Postman is so much more than just a tool for your developers to mock up API calls, it’s also:
- documentation for your product managers
- API testing for your QA team
- a monitoring system for DevOps
But the real beauty here is that your developers just have to mock up and save that call once to enable all of the other groups. And they were probably going to do that anyway!
3. Raspberry Pi
When the Raspberry Pi was introduced in 2012, it changed the maker community forever. Never before has a fully-featured computer been so widely available for such a low price. Since the release of the Raspberry Pi 3, the board has featured onboard Wi-Fi and Bluetooth, making it extremely useful for IoT projects.
The RPi is my board of choice when prototyping an IoT system since it is so flexible and easy to work with.
Since it’s running a full Linux operating system, you can write your edge agent in whatever language you want: Java, C, NodeJS, etc. Some other boards like the Arduino don’t give you that kind of flexibility.
Additionally, compared to most edge devices, the RPi is an absolute powerhouse of processing with its 1.2 Ghz quad core.
It’s flexible, has a great ecosystem of components designed for it, and is really inexpensive.
However, it’s not without its drawbacks.
For starters, it doesn’t have a built-in analog-to-digital converter (ADC) which means it can’t read analog signals from sensors.
Additionally, since the RPi is not a RTOS (real-time operating system), it’s not as useful for control systems as platforms like Arduino.
That said, anytime I want to do a proof of concept for an IoT system, I’m always grabbing for one of my dozens of RPi3’s.
Twilio is all about making automated text messages and phone calls from your application easy.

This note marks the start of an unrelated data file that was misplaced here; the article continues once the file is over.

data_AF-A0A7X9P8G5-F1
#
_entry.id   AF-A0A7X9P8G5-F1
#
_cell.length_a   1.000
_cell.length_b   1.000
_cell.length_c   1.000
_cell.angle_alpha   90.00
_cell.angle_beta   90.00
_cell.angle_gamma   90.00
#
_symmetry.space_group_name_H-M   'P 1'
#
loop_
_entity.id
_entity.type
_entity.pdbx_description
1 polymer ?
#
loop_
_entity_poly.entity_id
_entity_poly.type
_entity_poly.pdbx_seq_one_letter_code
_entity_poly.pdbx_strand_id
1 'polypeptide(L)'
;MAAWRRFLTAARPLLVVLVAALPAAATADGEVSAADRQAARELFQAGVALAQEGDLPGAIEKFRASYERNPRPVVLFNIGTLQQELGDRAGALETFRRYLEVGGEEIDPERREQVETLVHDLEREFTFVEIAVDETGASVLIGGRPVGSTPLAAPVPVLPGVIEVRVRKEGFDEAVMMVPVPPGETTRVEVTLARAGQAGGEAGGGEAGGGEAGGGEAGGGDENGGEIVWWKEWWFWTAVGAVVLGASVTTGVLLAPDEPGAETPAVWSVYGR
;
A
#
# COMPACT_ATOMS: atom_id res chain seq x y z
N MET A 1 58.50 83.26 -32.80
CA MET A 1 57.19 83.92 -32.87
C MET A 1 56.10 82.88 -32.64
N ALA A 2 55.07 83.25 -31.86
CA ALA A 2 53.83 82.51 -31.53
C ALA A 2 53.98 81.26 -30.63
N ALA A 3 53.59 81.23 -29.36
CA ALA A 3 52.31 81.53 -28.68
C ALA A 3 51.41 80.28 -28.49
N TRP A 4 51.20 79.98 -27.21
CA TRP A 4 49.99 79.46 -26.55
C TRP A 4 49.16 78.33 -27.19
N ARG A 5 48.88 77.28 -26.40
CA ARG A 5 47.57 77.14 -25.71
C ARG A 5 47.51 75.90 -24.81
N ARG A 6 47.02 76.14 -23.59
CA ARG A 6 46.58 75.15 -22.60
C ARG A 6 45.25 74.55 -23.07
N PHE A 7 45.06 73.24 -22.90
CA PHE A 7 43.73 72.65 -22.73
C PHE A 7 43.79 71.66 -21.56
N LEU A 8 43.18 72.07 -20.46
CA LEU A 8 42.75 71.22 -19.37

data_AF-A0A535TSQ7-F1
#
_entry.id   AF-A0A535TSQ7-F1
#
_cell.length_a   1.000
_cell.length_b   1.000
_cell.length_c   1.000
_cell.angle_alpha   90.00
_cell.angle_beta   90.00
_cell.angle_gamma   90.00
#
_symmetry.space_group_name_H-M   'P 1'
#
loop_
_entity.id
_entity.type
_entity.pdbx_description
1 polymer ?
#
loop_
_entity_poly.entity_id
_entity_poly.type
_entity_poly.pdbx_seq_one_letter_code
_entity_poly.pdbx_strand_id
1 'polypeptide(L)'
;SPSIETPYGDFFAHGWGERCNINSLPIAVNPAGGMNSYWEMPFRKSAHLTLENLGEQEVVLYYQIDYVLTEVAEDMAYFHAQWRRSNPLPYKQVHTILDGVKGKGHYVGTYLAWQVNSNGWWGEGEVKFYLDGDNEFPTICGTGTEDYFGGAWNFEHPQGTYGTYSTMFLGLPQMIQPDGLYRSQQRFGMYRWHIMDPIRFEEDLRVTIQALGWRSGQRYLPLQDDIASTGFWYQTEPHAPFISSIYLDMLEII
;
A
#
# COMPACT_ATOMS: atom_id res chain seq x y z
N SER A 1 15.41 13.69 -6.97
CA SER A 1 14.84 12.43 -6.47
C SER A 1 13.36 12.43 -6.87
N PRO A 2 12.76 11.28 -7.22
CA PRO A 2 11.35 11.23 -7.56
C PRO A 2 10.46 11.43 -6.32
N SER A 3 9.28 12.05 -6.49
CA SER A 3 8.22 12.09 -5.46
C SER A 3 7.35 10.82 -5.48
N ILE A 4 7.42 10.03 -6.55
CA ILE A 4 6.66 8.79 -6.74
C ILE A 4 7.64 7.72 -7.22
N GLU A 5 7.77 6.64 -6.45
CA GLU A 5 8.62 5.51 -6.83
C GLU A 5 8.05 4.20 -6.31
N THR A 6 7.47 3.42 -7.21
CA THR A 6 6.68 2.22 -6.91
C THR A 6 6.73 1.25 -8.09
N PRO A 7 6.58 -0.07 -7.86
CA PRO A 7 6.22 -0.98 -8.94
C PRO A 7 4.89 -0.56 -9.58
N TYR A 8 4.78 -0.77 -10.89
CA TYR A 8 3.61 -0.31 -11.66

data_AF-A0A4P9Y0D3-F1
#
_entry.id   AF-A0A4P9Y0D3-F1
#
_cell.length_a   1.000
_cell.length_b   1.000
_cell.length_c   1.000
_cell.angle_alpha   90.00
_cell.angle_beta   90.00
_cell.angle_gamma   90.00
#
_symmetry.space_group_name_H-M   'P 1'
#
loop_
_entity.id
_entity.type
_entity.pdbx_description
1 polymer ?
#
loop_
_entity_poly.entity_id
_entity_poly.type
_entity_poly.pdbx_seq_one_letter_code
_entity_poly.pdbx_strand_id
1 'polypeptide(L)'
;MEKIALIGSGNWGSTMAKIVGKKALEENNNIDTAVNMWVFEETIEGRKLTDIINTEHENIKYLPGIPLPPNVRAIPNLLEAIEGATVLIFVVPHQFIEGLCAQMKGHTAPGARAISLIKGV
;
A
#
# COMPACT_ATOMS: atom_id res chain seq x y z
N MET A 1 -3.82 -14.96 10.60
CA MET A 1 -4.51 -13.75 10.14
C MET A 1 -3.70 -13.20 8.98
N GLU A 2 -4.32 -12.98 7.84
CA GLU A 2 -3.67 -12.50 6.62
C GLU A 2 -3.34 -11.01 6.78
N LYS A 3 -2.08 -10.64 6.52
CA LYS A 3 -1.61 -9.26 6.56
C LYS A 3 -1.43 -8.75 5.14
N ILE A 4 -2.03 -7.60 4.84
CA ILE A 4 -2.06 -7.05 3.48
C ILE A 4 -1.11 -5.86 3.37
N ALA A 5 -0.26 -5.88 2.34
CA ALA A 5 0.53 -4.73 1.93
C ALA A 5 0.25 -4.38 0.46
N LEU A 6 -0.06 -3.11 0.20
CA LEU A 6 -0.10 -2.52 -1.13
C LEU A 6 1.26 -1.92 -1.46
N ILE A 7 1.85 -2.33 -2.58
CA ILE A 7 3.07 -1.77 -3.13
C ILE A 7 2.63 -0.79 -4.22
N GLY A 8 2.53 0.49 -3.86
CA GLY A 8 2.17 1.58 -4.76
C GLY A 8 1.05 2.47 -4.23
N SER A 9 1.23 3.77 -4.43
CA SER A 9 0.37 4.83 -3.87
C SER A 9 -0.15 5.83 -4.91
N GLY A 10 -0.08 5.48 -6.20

With an extremely simple API, and a native ThingWorx extension I find myself going back to Twilio for user notification systems all the time.
Everyone has a phone in their pocket, and it’s almost always the fastest way to reach someone. For example, automatically calling someone to let them know that their IoT system has detected moisture in their basement is a powerful way to add extra value to your system.
And Twilio makes this really easy, especially with ThingWorx. But be careful, Twilio charges for each text and phone call – which can add up quickly.
When I first started using Twilio, I was building a notification system that got stuck in an infinite loop while I was at lunch. I came back to over 2000 text messages and $100 worth of charges against my account. So be warned!
Amazon has been making waves with its in-home voice assistant Alexa, but has started to see heavy competition from Google and Microsoft.
Where I think Alexa really shines is with its Nature Language Processing (NLP) framework that developers can work with. Alexa exposes great tools and provides the infrastructure to make developing apps easy.
In particular, Alexa applications are developed with AWS Lambda which is a very flexible piece of infrastructure intended for micro services. Working in Lambda on an Alexa application, allows you to only work around the users “intent” when interacting with their application.
Alexa does the hard work here to break down a phrase the user is naturally saying, routing that phrase to a function (the intent) in Lambda, and then passing the slot value as an input into that function.
Once you’re in the function in Lambda, it’s easy to send that information elsewhere.
I often use Alexa as a way to interact with IoT systems without needing a screen or application (who needs those front-end devs?).
This by no means is an exhaustive list. There are tons of IoT application development tools out there with more popping up each day. But in my time working on IoT projects, these jump out to me as the ones you have to try.